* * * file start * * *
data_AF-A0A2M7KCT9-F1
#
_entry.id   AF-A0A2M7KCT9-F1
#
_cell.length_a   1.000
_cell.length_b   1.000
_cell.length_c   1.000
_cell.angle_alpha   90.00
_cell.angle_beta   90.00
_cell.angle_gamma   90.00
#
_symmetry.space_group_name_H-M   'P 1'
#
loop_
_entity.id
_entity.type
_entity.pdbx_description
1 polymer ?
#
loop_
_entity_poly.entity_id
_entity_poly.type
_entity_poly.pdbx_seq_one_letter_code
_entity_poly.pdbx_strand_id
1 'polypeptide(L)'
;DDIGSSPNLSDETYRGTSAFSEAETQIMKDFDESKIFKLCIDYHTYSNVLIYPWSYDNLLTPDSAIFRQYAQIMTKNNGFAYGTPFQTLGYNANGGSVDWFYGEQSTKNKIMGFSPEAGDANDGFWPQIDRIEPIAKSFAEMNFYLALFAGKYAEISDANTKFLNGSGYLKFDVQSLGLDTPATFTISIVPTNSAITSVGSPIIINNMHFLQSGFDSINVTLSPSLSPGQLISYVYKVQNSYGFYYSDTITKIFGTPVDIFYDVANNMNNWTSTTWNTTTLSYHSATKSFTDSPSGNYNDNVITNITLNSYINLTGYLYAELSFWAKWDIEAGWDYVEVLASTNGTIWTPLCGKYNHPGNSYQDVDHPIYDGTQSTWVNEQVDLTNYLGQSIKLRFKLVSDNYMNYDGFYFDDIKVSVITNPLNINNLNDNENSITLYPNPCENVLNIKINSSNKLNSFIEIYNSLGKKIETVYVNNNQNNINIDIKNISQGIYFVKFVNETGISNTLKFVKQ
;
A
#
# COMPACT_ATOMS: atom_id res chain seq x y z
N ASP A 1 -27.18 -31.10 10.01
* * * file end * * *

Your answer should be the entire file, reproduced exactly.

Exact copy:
data_AF-A0A2M7KCT9-F1
#
_entry.id   AF-A0A2M7KCT9-F1
#
_cell.length_a   1.000
_cell.length_b   1.000
_cell.length_c   1.000
_cell.angle_alpha   90.00
_cell.angle_beta   90.00
_cell.angle_gamma   90.00
#
_symmetry.space_group_name_H-M   'P 1'
#
loop_
_entity.id
_entity.type
_entity.pdbx_description
1 polymer ?
#
loop_
_entity_poly.entity_id
_entity_poly.type
_entity_poly.pdbx_seq_one_letter_code
_entity_poly.pdbx_strand_id
1 'polypeptide(L)'
;DDIGSSPNLSDETYRGTSAFSEAETQIMKDFDESKIFKLCIDYHTYSNVLIYPWSYDNLLTPDSAIFRQYAQIMTKNNGFAYGTPFQTLGYNANGGSVDWFYGEQSTKNKIMGFSPEAGDANDGFWPQIDRIEPIAKSFAEMNFYLALFAGKYAEISDANTKFLNGSGYLKFDVQSLGLDTPATFTISIVPTNSAITSVGSPIIINNMHFLQSGFDSINVTLSPSLSPGQLISYVYKVQNSYGFYYSDTITKIFGTPVDIFYDVANNMNNWTSTTWNTTTLSYHSATKSFTDSPSGNYNDNVITNITLNSYINLTGYLYAELSFWAKWDIEAGWDYVEVLASTNGTIWTPLCGKYNHPGNSYQDVDHPIYDGTQSTWVNEQVDLTNYLGQSIKLRFKLVSDNYMNYDGFYFDDIKVSVITNPLNINNLNDNENSITLYPNPCENVLNIKINSSNKLNSFIEIYNSLGKKIETVYVNNNQNNINIDIKNISQGIYFVKFVNETGISNTLKFVKQ
;
A
#
# COMPACT_ATOMS: atom_id res chain seq x y z
N ASP A 1 -27.18 -31.10 10.01